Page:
From there, the rest is history. But I still have that original time slip… my very first time down the ¼ mile.
What was YOUR first racing experience like?
Erica Ortiz from Horsepower & Heels Racing, takes on Chuck Samuels in Round 1 of Pro 5.0 eliminations at the 2006 Fun Ford Weekend Thunder Valley Nationals in Bristol, TN. Erica leaves first, but is out-powered by Samuels who takes the win. Ortiz runs a career-best ET of 6.85 @ 207 mph to Samuels’ 6.57 @ 216 mph.
Watch the video from the Round 1 match-up below.
Erica works with Mark Daffin of MD Photostudios on a photo shoot for an upcoming promo card.[imagebrowser id=14]
Photo Credit: Mark Daffin, MD Photostudios
I finally get my car running, get it out to the track, excited as all get out to test again this weekend, and hopefully be the first turbo car to try and qualify for a Dixie Pro Mod race this Sunday in Phenix City. But NOOOO. Mom Nature has other plans.
Today, the weather is beautiful. Sunny, temperatures in the mid 50’s, no wind. A little on the cool side for my FL Native heritage, but not bad testing weather at all. But NOOOOOO, that would be too much to ask for. Instead, mother nature has decided to blow in a super cold front, which is expected to drop temperatures to the low 20’s overnight and bring possibility of a snow flurry on Saturday. Yep, SNOW. It is NOT supposed to snow in GA! And because it wasn’t enough to ruin my chances for Saturday, but Sunday the temperatures don’t show signs of improvement at all either. GRRRR!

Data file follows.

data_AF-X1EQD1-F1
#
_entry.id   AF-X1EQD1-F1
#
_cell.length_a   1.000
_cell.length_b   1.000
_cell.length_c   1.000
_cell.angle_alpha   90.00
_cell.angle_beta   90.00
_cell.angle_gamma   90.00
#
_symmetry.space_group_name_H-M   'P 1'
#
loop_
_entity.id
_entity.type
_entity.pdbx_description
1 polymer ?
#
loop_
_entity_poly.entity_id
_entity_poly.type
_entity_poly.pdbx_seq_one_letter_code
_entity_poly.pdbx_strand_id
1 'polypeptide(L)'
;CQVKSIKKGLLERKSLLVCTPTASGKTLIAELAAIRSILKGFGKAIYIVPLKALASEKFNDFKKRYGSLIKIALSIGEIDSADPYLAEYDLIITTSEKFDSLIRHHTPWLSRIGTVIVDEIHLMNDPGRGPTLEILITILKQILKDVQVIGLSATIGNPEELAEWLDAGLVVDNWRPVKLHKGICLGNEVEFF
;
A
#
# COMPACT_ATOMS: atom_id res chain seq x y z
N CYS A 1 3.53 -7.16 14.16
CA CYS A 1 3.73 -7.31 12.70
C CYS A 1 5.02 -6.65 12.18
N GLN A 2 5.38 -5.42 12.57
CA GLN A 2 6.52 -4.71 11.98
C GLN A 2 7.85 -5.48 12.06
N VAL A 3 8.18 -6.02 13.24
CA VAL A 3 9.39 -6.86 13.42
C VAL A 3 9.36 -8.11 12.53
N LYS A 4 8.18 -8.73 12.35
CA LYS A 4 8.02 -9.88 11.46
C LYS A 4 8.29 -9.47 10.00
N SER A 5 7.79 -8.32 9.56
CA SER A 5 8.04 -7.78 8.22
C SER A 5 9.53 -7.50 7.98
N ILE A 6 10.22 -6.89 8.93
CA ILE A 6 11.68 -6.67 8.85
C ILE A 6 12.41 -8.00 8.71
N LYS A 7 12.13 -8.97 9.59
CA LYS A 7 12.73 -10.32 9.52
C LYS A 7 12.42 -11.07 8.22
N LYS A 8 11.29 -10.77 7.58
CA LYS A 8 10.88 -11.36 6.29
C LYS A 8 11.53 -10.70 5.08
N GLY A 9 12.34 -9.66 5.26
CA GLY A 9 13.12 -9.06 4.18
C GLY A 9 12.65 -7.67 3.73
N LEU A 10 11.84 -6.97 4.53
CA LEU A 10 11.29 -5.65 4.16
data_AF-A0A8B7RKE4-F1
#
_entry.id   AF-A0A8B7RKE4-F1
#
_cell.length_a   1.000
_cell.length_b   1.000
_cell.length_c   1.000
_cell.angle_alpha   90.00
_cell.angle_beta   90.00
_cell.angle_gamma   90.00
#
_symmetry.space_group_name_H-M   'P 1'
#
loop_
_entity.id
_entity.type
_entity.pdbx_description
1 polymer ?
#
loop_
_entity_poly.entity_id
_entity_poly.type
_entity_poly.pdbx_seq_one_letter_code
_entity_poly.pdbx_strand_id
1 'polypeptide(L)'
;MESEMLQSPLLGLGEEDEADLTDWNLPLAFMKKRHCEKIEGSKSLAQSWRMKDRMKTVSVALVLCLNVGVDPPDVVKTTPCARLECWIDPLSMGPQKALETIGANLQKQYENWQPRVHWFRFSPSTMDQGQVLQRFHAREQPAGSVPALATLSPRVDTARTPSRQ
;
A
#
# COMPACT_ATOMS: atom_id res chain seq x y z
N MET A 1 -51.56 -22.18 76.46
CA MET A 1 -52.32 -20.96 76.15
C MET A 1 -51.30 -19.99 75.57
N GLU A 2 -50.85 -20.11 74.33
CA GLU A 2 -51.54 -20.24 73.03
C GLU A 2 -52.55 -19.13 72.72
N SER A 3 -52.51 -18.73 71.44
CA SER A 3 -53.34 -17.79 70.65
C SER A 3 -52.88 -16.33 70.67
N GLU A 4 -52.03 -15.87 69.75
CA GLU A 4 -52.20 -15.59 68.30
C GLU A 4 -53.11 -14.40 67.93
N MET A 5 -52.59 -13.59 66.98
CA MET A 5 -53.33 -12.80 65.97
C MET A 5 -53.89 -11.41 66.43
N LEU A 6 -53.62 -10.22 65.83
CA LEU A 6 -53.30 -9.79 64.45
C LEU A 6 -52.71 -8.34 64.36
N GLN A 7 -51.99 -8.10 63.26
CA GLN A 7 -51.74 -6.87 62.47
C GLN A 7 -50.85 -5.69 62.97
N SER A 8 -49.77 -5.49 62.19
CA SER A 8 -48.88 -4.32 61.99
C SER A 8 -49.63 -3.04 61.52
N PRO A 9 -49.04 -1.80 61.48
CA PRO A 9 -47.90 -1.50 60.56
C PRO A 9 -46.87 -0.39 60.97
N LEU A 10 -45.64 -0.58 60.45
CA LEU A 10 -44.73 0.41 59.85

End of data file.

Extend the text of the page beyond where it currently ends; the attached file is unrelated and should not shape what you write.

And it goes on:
What is the forecast for Monday you say? Hmmpfff. Exactly what you would expect… Sunny & beautiful, high in the 50’s. A dollar short again….
Oh well. Next weekend is the ADRL Winter Drags in Valdosta, GA at South Georgia Motorsports Park. I’m mainly using it for some test time and to try for my license. I don’t think I stand a chance yet against those 4.07 & under n2O promods, but it’ll still be cool to be racing along side them.
Now where did I put my Parka?
Its hard to remember back to the beginning, back to your very first drag racing experience. Some of us were lucky enough to call the drag strip home all our lives, having family whose involvement in racing was passed along to the next generation of racers. Others came across it on their own terms, through car clubs, magazines, or simply by accident. No matter what brought you to your first racetrack, one common result ensues for all: Its only a matter of time before you’re hooked.
This past weekend, I was refreshingly reminded of what the first time at the drag races feels like. My best friend since elementary school, Heather Sinks, made the trip down to Richmond FFW from her home in D.C. to spend the weekend at the races with me. Having never been to a drag race before, Heather had no clue what to expect. While most of us experience our first race from the safety of the stands, her first experience placed her in the thick of things, along side the crew of a Pro 5.0 entry. After all my years of involvement in racing with Fun Ford Weekend, I tend to take for granted how foreign it all seemed in the beginning. Which is why Heather’s first experience brought me back to the early days and the rosy colored glasses. Here are some of the best anecdotes from Heather’s weekend:
“Why do the fast cars need training wheels?”
That’s right, training wheels. Or what us seasoned veterans refer to as Wheelie Bars. Although, quite honestly a set of training wheels for some drivers would not necessarily be a bad thing either.
“The back tires are bald. Why don’t they have any tread?”
Valid point. In daily driving, bald tires are a bad, bad thing. Which makes it all the more complicated to explain why slicks help get the car to hook and NOT spin, and why drag radials (with treads) are the hardest tire to master and not spin to smoke. On the road, bald tires will make travels a slippery experience. But not at the drag strip…